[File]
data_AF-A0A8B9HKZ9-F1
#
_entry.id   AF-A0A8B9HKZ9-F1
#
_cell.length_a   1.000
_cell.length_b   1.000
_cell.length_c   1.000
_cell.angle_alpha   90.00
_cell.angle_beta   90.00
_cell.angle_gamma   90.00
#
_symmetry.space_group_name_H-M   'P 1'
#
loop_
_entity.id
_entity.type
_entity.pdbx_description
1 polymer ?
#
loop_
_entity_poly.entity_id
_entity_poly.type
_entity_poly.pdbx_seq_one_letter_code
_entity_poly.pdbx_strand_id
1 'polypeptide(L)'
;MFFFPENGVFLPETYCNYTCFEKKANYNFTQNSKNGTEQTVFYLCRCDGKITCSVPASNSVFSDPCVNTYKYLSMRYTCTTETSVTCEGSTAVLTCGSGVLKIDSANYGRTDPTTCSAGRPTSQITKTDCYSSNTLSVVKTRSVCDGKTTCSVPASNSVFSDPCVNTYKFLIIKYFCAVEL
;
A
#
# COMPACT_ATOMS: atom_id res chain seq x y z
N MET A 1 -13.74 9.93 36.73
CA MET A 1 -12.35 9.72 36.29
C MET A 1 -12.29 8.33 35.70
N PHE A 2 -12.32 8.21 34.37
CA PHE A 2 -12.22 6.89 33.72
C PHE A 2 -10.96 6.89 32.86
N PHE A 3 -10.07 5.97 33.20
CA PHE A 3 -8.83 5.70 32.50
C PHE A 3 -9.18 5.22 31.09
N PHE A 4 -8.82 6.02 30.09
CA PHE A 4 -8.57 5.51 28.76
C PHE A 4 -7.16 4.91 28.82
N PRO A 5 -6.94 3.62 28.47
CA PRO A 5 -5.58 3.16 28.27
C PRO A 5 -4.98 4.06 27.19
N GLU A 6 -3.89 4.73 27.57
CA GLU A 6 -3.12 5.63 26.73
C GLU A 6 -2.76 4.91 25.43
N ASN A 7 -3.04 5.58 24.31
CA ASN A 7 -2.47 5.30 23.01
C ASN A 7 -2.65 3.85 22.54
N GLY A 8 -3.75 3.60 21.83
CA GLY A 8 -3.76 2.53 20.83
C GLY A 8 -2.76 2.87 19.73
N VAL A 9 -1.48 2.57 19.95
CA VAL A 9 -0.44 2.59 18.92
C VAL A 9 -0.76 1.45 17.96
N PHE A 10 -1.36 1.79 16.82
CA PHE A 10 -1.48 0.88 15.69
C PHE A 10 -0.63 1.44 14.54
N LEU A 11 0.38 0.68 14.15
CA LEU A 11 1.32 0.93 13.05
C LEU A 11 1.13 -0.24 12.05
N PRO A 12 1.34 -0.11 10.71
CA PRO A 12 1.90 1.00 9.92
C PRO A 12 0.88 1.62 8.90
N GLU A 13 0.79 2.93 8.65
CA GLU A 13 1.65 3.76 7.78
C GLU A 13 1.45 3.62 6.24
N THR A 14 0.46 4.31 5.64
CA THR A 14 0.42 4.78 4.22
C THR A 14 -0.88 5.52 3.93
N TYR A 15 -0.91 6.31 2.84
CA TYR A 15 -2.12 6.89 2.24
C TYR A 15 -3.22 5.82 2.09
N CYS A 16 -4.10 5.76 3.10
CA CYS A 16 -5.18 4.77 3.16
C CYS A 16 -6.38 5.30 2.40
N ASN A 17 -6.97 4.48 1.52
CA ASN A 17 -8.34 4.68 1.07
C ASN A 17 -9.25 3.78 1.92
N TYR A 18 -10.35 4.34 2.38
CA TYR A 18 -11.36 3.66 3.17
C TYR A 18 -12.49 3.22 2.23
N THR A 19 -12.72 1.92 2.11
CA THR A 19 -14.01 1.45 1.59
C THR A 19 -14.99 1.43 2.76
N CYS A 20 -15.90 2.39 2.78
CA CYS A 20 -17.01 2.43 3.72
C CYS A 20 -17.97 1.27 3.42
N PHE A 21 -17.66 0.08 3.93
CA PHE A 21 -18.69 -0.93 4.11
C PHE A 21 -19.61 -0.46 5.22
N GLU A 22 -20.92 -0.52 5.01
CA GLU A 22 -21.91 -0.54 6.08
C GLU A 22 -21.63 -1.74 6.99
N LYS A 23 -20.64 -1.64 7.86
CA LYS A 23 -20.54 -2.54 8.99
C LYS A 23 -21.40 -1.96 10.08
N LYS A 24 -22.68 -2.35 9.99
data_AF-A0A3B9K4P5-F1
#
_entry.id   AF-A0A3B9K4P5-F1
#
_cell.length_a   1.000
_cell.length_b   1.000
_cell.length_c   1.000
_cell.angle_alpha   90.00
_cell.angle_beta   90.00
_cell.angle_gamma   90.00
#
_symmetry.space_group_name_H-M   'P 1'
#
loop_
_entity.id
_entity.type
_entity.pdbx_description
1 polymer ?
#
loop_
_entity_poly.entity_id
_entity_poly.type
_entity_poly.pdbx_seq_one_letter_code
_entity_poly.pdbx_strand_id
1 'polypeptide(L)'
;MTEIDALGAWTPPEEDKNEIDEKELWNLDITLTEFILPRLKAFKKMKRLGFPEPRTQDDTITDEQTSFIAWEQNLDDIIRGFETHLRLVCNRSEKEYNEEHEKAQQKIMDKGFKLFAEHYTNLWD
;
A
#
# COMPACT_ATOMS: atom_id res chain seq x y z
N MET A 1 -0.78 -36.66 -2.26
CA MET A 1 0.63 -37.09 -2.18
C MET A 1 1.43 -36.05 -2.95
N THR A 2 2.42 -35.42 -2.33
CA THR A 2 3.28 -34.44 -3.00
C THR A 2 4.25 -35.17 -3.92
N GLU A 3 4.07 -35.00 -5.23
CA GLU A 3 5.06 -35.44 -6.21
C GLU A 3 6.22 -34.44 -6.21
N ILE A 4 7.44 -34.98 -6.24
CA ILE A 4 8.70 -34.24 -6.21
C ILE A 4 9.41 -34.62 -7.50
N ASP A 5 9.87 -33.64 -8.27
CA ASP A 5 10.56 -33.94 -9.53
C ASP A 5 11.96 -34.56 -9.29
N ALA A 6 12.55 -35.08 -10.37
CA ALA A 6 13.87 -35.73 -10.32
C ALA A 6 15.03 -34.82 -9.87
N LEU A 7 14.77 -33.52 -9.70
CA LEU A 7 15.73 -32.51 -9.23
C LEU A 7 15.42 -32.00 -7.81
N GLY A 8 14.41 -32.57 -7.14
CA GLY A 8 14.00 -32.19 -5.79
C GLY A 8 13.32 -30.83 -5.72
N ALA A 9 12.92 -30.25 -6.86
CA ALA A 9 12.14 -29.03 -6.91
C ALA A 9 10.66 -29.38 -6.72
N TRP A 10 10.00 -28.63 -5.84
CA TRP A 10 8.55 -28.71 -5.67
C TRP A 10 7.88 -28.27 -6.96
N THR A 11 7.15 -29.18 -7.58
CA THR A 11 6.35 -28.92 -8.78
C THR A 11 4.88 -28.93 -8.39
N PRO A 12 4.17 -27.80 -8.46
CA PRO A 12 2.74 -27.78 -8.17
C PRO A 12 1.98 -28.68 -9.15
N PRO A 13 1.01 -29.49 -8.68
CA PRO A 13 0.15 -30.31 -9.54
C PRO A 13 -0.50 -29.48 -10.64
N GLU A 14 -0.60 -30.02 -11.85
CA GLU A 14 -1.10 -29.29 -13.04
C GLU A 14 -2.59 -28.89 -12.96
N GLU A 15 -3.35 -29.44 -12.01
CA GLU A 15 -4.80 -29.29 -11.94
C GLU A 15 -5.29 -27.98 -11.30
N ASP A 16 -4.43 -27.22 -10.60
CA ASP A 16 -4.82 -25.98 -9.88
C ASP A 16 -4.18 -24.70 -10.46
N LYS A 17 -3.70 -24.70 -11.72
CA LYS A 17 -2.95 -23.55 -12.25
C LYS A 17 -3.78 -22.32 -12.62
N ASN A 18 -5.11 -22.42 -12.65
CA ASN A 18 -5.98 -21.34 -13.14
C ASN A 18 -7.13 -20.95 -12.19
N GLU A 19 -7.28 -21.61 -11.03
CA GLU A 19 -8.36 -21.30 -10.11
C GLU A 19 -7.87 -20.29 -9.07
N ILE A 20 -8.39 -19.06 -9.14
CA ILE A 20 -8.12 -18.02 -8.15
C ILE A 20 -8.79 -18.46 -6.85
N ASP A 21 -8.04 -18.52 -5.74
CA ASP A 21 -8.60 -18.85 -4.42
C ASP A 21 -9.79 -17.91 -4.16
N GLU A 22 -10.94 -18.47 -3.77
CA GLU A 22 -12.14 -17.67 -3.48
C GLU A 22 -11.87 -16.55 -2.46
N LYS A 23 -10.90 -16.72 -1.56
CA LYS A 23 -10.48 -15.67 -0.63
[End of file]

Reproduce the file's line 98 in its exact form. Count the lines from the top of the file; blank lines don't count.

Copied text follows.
CA LYS A 23 -20.54 -2.54 8.99